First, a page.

Back in 1921, New York City resident Etta Caulfield decided to dress up as a man for Halloween. She borrowed her brother’s shirt, tall-stiff detachable collar, pants, and an overcoat to complete the costume.
Learn about a reputable California dentist named William Shyne who supposedly gave the children of his neighborhood lollipops and laxative pills for Halloween.
When historians look back in time, they tend to name certain periods of mankind with broad names: the Stone Age, the Bronze Age, the Renaissance, and so on. What name would the 20th century be known by? Continue Reading
A June 2, 1959 syndicated AP article discusses a new invention by RCA called the Hear-See. It would enable someone to make a recording of their favorite television program or create their own home movies and play it back on a television set. Continue Reading
On December 6, 1954, the NY Times ran a story describing a brand new invention that could cook an 18-pound roast of beef in twenty minutes, a chicken in 9, an apple pie in 6, and could heat up a steak in one minute. Continue Reading
On October 6, 1946, not far from the former site of the Palisades Amusement Park, on US Route 9W of New Jersey’s Palisades Park, a young woman passing through town made the fateful decision to hitch a ride. Fateful because she made the mistake of thumbing a police car… Continue Reading
When Mrs. Clementine Farr Duff died on February 6, 1937, her estate was valued in excess of one-million dollars (nearly $17 million today). She left a sizeable chunk of the money to thirteen individuals, which included her chauffeur, maid, butler, laundress, and others. Continue Reading
It was reported that three men robbed Heights Pharmacy on February 22, 1923. The store was located at St Nicholas Avenue and 145th Street in New York City. Two of the men kept clerk David Neuberger busy while the third snagged druggist Dr. Abraham N. Horowitz as he emerged from the basement of the store after getting some drugs to fill prescriptions. Continue Reading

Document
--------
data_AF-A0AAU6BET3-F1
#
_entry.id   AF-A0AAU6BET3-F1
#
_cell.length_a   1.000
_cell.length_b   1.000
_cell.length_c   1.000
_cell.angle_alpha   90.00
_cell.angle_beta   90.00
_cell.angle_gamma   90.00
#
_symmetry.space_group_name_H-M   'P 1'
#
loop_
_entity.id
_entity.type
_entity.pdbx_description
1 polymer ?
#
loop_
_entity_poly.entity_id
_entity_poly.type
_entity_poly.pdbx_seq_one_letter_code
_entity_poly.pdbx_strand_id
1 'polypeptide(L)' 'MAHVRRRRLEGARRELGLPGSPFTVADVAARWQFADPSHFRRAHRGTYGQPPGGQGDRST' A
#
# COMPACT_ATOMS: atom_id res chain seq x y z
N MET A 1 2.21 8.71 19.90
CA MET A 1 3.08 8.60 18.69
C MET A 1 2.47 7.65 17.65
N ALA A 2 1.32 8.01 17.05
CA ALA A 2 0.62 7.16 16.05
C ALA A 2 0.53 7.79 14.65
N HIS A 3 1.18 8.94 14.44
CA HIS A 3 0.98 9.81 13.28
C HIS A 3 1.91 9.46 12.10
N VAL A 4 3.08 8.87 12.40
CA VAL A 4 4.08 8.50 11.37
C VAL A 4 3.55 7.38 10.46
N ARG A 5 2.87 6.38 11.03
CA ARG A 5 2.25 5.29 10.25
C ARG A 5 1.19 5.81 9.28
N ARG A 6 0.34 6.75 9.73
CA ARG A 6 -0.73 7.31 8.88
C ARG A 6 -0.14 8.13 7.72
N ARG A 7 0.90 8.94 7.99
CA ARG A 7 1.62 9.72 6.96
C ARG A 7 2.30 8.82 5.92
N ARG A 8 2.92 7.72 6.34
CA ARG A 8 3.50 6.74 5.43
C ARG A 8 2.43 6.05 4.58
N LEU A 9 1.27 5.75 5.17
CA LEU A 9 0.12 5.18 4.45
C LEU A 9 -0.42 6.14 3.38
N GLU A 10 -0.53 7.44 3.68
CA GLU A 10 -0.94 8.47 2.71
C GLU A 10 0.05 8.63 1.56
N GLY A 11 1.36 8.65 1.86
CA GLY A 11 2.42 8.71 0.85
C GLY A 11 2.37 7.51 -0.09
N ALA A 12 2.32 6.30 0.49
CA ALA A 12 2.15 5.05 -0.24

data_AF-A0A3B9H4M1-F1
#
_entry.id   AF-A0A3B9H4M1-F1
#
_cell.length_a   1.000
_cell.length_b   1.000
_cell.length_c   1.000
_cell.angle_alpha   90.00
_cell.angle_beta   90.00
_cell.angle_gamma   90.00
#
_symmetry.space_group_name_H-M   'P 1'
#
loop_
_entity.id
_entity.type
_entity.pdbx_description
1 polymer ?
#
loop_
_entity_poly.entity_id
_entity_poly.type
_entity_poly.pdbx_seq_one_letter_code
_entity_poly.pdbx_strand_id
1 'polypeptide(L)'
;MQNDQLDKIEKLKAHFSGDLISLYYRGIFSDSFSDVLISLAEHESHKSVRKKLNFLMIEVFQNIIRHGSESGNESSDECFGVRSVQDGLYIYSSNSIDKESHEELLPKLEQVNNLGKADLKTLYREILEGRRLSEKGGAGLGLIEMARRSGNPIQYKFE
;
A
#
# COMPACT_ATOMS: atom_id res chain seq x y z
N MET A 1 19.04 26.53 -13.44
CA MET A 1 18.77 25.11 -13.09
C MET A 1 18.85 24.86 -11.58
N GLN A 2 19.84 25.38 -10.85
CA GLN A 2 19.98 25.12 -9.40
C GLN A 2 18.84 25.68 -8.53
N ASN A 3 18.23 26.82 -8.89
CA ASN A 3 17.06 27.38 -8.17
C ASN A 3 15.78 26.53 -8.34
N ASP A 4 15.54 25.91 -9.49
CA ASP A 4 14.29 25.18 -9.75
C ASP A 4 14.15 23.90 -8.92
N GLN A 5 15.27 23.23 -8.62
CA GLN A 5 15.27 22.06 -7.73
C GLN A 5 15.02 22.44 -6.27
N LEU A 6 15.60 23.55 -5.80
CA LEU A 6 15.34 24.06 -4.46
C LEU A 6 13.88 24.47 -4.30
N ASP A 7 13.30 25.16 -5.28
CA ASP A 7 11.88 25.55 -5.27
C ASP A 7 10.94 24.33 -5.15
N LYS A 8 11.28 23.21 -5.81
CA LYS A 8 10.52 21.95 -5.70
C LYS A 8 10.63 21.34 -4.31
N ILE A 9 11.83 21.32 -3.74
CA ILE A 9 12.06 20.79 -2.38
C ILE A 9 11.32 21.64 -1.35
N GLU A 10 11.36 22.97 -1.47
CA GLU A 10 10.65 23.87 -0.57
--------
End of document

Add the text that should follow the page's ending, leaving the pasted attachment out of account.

There is nothing better than tasty, ice-cold ice cream on a hot summer day. Since the early part of the twentieth century, ice cream trucks have roamed the streets of our cities bringing these delectable treats right to your door. What few people know is that behind the scenes, there has been an intense and sometimes violent turf war going on between ice cream vendors. Drivers have been beaten and robbed, trucks smashed, burned, and bombed, and death threats have been made.
May 9, 1967, where it was reported that New York City Criminal Court Judge Milton Shalleck handed down a ruling in the case of 28-year-old Charlotte Moorman. She was found guilty of performing a lewd act because she played her cello topless in a theater performance on February 9th. Continue Reading
Perfect story for the first days of summer: it’s about a ban that the city of Yonkers put in place back in 1935 to prevent women from wearing shorts and halter tops. Even more timely: at one point they proposed building a giant fence around Tibbetts Brook Park to keep the offending people from NYC out.
Here’s the story of a number of women who worked for Southern Bell in Miami back in 1950. Poorly paid and dreaming of a much better life, they figured out a unique way to smuggle money out of the coin counting room at the company’s headquarters. It was such a profitable operation that they were able to pay their legal fees in quarters.